Employees Will Drive Innovation If You Give Them a Voice—and Make It Safe to Speak Up

Businesses can benefit greatly from workers’ creative new ideas and from their complaints. In a study published in the Academy of Management Journal in 2021, researchers found employees must feel psychologically safe at work in order to offer useful criticism to leadership. That’s why UiPath allows employees to share feedback anonymously, reducing the fear of blowback or retaliation.

While it’s true that asynchronous, anonymous forums can encourage harsher feedback—thanks to a phenomenon known as online disinhibition—business leaders may want to get more comfortable with hearing the unvarnished truth if they want to make meaningful strides in retaining top talent. “I think that’s really tough for big companies,” says Patrick, the UiPath CMO. “You’ve got to be OK with things breaking if you want to drive fast growth and be open to and encourage solutions from anyone on staff.”

Gathering ideas and solutions from front-line employees is something that Arthur Orduña knows something about. As Chief Innovation Officer at the investment firm Circumference Group, Orduña focuses on rapidly scaling new businesses. He has helped lead successful growth strategies at small, medium, and enterprise companies and says employee ideas were a game-changer when he was Chief Innovation Officer for Avis Budget Group.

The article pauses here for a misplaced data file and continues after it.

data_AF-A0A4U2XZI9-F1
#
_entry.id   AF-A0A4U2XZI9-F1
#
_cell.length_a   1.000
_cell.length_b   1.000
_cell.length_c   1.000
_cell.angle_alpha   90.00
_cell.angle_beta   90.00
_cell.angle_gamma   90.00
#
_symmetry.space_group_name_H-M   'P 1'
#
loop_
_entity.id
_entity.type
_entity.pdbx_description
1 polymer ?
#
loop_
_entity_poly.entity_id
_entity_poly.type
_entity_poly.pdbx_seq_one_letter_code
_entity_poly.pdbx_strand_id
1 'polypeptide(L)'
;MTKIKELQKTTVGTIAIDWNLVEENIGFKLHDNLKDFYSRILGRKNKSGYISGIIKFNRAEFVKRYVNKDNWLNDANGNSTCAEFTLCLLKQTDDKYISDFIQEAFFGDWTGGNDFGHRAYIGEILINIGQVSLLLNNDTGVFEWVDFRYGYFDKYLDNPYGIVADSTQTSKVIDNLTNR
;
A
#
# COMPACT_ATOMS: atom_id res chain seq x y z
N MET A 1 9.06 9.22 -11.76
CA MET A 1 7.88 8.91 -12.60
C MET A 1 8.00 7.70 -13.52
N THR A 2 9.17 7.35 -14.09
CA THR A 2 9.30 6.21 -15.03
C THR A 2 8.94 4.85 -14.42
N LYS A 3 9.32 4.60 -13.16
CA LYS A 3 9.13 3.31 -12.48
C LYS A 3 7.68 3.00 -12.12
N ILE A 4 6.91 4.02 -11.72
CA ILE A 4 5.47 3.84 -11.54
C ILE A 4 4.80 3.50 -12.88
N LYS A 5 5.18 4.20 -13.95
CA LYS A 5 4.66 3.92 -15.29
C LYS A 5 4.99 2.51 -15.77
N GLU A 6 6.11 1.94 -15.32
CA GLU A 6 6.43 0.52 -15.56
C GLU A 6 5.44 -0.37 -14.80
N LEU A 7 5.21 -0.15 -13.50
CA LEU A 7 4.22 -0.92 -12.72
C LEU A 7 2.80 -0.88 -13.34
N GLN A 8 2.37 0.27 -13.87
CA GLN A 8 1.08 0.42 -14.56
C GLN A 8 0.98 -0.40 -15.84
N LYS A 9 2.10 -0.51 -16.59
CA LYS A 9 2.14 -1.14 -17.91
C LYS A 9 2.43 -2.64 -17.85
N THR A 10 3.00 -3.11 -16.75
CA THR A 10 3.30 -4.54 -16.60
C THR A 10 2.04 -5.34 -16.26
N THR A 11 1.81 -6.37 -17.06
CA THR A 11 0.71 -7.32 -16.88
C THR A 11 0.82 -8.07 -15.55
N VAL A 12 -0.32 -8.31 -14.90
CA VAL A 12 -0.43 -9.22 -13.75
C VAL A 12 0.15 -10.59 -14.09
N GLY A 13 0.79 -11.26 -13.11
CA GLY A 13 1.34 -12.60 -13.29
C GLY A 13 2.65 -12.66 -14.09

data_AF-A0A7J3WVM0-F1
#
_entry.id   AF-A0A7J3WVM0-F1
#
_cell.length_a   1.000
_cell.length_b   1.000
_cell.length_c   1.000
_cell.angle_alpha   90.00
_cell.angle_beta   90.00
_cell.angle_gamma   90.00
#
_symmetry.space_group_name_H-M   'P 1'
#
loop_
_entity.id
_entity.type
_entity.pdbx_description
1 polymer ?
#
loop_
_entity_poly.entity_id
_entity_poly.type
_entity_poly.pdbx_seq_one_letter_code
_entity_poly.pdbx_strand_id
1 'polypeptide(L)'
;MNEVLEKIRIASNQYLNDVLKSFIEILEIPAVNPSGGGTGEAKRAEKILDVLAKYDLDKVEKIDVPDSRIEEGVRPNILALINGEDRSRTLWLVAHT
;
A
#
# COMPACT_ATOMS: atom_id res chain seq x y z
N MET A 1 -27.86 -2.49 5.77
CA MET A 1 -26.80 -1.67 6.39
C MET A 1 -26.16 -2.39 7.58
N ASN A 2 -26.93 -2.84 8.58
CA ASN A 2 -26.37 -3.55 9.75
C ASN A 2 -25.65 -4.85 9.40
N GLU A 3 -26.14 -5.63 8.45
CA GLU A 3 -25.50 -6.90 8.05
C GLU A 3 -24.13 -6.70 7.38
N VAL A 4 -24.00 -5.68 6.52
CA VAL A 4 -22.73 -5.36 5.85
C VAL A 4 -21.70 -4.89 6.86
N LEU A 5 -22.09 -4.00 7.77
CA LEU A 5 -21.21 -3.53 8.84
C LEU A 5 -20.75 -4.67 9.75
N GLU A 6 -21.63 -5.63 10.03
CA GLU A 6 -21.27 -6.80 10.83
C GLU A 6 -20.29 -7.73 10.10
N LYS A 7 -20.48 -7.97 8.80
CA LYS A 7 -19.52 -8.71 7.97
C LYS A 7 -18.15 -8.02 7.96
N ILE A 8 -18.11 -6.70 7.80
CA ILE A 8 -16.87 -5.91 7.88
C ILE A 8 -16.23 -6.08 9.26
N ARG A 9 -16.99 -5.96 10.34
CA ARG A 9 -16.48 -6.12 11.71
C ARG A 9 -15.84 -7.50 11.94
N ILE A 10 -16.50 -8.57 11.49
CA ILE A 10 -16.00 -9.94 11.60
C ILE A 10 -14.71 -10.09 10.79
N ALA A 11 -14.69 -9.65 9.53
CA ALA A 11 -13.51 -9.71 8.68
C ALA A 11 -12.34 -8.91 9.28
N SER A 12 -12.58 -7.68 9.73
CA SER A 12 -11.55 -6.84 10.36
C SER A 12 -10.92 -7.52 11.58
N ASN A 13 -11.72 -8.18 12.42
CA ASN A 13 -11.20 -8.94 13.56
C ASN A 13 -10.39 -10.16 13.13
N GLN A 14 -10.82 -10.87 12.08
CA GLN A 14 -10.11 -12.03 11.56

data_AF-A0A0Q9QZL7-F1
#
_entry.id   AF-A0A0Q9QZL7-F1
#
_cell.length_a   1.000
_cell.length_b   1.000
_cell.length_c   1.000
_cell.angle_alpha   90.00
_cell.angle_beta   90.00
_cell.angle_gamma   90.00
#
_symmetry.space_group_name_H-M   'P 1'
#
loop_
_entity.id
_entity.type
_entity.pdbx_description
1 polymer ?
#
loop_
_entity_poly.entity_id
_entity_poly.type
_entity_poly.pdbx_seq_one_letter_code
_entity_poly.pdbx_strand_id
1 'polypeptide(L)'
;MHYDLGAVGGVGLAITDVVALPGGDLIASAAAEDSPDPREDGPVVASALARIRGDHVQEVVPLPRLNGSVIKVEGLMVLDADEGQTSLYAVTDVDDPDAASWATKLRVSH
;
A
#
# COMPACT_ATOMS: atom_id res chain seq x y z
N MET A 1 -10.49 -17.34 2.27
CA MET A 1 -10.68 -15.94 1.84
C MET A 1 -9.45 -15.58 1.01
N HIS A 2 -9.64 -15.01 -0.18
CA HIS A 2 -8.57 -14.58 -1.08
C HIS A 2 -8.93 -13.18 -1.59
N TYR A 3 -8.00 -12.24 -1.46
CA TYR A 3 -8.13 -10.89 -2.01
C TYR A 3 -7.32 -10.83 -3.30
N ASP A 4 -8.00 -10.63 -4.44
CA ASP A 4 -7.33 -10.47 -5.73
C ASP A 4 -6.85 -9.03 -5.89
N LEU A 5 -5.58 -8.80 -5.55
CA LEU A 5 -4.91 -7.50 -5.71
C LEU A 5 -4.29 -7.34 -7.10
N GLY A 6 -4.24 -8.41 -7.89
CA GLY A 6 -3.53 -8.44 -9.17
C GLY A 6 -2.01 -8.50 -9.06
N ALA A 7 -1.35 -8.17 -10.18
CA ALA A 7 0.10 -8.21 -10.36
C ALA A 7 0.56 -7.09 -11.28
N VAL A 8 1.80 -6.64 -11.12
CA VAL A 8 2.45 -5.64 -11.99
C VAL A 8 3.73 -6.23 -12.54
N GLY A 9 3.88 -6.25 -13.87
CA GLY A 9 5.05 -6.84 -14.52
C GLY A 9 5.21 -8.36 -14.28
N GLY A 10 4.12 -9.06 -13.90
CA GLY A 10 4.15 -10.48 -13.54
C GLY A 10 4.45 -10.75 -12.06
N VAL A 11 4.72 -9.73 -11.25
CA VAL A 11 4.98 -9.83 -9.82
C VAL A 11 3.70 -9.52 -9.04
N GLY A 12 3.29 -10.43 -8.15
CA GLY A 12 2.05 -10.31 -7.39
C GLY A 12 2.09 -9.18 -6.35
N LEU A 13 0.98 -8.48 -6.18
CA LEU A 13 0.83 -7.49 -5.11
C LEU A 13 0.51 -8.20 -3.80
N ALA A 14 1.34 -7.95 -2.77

At the time, the car rental giant had too many unhappy customers. “The NPS scores [a measure of customer loyalty] for car rental companies are traditionally not great,” Orduña tells Toptal. But instead of requiring new trainings or doing a top-down reorganization, the company asked its workers to identify the main problems with their departments and launched a contest to see what team could come up with the most creative and effective solutions. Teams began competing to see who could get the biggest boost in overall scores, and the combination of employee ideas, rewards, and friendly competition was just what the company needed. Customer satisfaction rose across the board, says Orduña, and the winning team’s scores increased 42% over the course of the competition.

“We created this cycle and the ability for continuous improvement in the company. Employees were motivated to improve, and saw that the solutions to these problems were already there. We just had to provide the right tools, the right incentive, and to reward these folks at all edges of the company to come forward and become the problem solvers.”

Talent Has No Borders

Another common trait among hypergrowth companies is recruiting global talent. The chances of finding the best and the brightest grow exponentially when your candidate pool is no longer restricted to the boundaries of one city, country, or hemisphere.

Toptal, which has been in hypergrowth since 2019, is based in the US but 75% of its 1,100 full-time employees live and work outside the country, as do a large number of the 10,000 skilled freelancers in its contingent talent network. “There’s only so much talent that we can attract within the country—so the way to leverage the power of talent is to get the best minds irrespective of where they are,” says Raj Vishnu, Senior Client Partner for Healthcare and Life Sciences at Toptal.

UiPath does the same, hiring people regardless of their location. The current the pool of US-based security engineers and software engineers, as well as those getting ready to graduate and enter the job market, is relatively small. Companies must think outside North America if they want to fill those roles. “What happens [when we are focused on hiring globally] is that we attract the best of the best in all cities,” Patrick says.